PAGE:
'Will anyone take Aruna's place?'

'Will anyone take Aruna's place?'

INTERVIEW/ Pro-euthanasia

Pinki ViraniHer very first book ‘Aruna’s Story’ (1998) was hailed as path-breaking and continues to be read by gender-study collegiates. Her another book ‘Bitter Chocolate’ (2000) on child sexual abuse in middle and upper-class homes opened a new genre and earned her international plaudit for being the first in the Indian subcontinent to courageously speak up as a victim of incest. She won national award for that book.

Born in a Mumbai chawl in its Dongri area, Pinki Virani (52) began working as a typist at the age of 18. In journalism she began as reporter for a newspaper, worked as special correspondent for a national weekly, launched a fortnightly city magazine as editor and is India’s first woman editor of an eveninger.

Following are excerpts of an interview to Deccan Herald:

How did you come to know Aruna Shanbaug?

I came to know about Aruna and her tragic plight from my mother 27 years back. My mother told me Aruna’s story which she had heard from her social worker friends; she then recalled reading the news-report about the crime when it had occurred. I was deeply touched and moved when I learnt about Aruna’s state. I went and saw her in the hospital and thereafter frequently visited her, taking small things for her like idli-sambhar and fish curry-rice which could be mashed and fed to her. I stopped taking fresh fruit juice as Aruna could not swallow on her own and would start choking. I would sit there, talk to her, sing to her. She used to recognise my voice and would ‘talk’ back, grunting, cooing, sometimes what sounded like childlike complaining and gurgling. As time passed, between the early 1980s and late 1980s, Aruna’s will and spirit drained away. She would occasionally reward me with a crooked half-smile.

What do you think of the Supreme Court's judgement?

Because of Aruna Shanbaug case, the Supreme Court has permitted passive euthanasia. Which means that because of this woman who has never received justice, no other Indian in a similar position will have to suffer for more than three and a half decades.

This is the most surreal part of Aruna’s ongoing tragedy. Because this also means that Aruna’s state will worsen with persistent diarrhoea as her body cannot handle much of what is being fed through a pipe. There is no catheter to remove body fluids and waste matter which get excreted on their own. There are lengthening response times due to a ‘sinking’. She is in a permanent vegetative state; this medically means she will laugh, shriek, cry, smile for no reason at all. It will not be a response to food or people or music. Add to this the horror of feeling pain, being cortically blind, bed-ridden, no control over physical movements. Is there anybody in this country, or in this world, least of all those who claim to “love” her and want her to “live” because she has no bed-sores, wanting to exchange places with her?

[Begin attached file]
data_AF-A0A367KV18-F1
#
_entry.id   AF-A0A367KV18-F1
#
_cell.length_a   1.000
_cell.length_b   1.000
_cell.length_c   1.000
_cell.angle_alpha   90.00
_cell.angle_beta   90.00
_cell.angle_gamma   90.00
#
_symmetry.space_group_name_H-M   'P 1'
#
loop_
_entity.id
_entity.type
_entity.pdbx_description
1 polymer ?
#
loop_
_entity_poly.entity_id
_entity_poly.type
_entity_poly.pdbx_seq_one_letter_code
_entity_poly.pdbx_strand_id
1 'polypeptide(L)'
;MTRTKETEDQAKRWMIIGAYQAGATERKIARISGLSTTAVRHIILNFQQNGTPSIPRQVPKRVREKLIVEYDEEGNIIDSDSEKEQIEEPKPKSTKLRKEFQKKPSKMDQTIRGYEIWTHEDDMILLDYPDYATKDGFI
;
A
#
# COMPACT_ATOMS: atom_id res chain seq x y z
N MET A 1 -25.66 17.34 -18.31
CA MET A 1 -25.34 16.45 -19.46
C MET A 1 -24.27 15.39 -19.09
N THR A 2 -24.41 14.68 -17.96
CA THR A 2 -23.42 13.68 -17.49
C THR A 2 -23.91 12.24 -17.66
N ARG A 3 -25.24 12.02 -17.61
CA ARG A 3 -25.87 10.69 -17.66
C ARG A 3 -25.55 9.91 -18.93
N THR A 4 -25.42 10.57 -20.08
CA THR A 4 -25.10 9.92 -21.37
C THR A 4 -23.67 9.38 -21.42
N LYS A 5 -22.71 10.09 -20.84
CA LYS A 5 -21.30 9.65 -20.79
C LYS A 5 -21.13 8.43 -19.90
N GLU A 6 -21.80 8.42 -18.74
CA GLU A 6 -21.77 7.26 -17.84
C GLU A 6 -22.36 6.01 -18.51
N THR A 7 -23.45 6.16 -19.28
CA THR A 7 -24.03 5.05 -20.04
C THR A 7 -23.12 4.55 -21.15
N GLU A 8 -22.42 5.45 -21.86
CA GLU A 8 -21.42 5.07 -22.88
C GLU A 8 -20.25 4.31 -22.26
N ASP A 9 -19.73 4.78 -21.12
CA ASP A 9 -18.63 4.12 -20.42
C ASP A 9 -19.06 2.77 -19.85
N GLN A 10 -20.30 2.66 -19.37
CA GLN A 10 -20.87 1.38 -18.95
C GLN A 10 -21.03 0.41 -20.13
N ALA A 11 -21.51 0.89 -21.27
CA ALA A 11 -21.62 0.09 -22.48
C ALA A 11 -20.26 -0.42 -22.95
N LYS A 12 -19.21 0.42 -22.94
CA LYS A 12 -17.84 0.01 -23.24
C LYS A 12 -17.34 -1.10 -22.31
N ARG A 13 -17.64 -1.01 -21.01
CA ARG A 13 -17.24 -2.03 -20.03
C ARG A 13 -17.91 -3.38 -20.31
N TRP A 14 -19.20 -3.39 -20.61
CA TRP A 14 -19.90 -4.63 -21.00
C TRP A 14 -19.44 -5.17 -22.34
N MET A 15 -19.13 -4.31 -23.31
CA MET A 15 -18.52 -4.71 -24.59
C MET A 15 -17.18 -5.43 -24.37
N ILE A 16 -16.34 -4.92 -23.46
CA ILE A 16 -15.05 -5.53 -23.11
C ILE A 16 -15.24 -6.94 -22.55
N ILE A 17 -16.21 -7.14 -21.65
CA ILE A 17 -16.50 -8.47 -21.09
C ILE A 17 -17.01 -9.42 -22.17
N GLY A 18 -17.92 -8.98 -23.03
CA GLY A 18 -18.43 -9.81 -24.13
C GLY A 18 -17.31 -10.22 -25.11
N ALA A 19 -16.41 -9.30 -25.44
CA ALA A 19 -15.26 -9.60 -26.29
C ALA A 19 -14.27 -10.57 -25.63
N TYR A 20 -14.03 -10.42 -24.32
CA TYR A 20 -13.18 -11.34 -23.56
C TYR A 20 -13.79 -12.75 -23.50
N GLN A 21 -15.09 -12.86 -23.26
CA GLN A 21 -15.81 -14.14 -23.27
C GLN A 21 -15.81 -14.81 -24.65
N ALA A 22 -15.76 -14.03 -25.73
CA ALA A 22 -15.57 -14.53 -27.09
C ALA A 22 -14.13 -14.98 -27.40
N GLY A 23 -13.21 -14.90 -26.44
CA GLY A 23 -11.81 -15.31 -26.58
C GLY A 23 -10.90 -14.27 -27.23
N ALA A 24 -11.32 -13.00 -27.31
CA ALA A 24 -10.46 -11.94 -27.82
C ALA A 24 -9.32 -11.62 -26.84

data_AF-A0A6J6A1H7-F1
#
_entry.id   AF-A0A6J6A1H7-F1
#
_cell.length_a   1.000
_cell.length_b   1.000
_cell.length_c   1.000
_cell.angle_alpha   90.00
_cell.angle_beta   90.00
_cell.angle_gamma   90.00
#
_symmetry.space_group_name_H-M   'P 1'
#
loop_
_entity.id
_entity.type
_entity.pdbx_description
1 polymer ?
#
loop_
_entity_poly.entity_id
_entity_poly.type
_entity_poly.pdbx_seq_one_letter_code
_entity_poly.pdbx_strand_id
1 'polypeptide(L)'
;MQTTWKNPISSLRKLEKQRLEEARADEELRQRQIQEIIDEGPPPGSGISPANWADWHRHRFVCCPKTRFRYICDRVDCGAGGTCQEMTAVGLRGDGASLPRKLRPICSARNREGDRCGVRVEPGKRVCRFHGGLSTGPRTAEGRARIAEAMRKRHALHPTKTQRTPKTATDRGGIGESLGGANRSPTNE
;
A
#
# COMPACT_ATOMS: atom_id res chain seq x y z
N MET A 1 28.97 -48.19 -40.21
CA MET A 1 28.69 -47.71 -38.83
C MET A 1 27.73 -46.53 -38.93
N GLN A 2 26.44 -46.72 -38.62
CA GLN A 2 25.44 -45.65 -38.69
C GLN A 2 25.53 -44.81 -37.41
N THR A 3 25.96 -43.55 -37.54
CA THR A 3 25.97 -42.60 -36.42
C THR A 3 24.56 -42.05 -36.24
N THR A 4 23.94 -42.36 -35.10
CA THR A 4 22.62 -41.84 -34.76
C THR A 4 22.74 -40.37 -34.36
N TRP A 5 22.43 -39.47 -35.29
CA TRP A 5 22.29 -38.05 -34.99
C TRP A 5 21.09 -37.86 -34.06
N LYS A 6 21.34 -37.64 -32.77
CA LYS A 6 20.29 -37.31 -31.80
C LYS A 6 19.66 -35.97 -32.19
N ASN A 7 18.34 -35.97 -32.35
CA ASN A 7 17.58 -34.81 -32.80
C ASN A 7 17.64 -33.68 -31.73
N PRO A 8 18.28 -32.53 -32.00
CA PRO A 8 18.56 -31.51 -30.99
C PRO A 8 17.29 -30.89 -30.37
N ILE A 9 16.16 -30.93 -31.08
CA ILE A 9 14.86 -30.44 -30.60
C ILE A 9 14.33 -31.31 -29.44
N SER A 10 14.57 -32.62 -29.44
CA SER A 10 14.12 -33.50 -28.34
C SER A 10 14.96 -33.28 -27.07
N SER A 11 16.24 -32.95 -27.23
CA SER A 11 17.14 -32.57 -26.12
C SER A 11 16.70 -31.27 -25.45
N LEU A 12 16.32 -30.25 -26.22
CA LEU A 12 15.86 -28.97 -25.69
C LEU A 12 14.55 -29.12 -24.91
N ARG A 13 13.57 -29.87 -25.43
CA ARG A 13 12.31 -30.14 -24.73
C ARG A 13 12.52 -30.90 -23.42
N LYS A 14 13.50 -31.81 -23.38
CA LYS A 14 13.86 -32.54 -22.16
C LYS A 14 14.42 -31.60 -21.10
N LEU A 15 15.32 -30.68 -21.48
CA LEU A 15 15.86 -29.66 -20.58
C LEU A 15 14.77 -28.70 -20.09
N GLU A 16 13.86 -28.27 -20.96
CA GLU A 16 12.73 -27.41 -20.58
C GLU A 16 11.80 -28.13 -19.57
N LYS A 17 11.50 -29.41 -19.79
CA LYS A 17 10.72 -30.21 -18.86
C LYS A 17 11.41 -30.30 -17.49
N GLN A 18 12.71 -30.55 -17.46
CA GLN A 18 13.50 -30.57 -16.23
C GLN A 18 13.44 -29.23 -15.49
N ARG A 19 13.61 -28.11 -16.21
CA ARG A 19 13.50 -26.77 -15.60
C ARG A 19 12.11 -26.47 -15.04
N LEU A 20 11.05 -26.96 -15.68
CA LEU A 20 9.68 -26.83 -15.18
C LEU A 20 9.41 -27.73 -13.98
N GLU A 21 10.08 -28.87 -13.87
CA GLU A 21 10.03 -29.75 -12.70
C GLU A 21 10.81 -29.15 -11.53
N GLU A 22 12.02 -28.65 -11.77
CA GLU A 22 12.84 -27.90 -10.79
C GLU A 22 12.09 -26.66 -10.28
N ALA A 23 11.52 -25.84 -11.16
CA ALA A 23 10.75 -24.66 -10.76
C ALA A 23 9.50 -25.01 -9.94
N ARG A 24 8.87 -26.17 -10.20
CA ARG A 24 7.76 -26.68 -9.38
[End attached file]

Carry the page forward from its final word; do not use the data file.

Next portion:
Were you expecting the Supreme Court's dismissal of your petition?

I had to do right for Aruna. I had to do something to relieve her from her constant pain. I spent a lot of time talking to legal luminaries before I decided that I would move court on behalf of Aruna. So I took the role of her “next friend” which is legally permissible if a person cannot move a court themselves. I asked for a definition of the Right to live with dignity as enshrined under Article 21 of the Constitution. And I pleaded with the court that if it found Aruna was not living with dignity, her force-feeding should be stopped. As you know, there is only a pipe to her stomach, because of which she gets frequent stomach upsets. So it would have been only a matter of systematically lessening her feed over a period of time, while adding some pain-management - which is denied to her.

I didn’t go with the words “euthanasia” or “dismissal” in my head to the Supreme Court. I went with Aruna Shanbaug in my heart.

After the SC judgement, the nurses at KEM shouted slogans against you.

Civil society has already voiced its contempt and condemnation. Letters to the editor in newspapers, as also tweets on twitter, have pointed out that had the Aruna Shanbaug case not been heard by the SC, those who claim to "love" her and so she must "live" would not have received the national attention they have.

You are so close to Aruna Shanbaug for so long. What do you think could be going on in her mind, if at all one wants to speculate?

One must not speculate because our poor, poor Aruna's brain, after the extensive brain-stem damage, has shrunk substantially. Plus she is in a persistent vegetative state. I went to the Supreme Court because the one-year of research I did on Aruna - talking to her friends, relatives, then-fiancee, other doctors who remembered her, matrons and nurses of that time and also visiting her village - made it crystal-clear that she would never have wanted this sub-human existence for herself. God forbid, that those who have condemned her to continue suffering should ever go through even one per cent of what is happening to Aruna.

The catholic church is vehemently opposed to mercy killing.

The Supreme Court is that of a free, democratic, secular country. With its ruling allowing passive euthanasia in select patients, it has given every Indian - irrespective of religion - a choice.



Death by consent

Only the creator should take away life

What Gandhi said...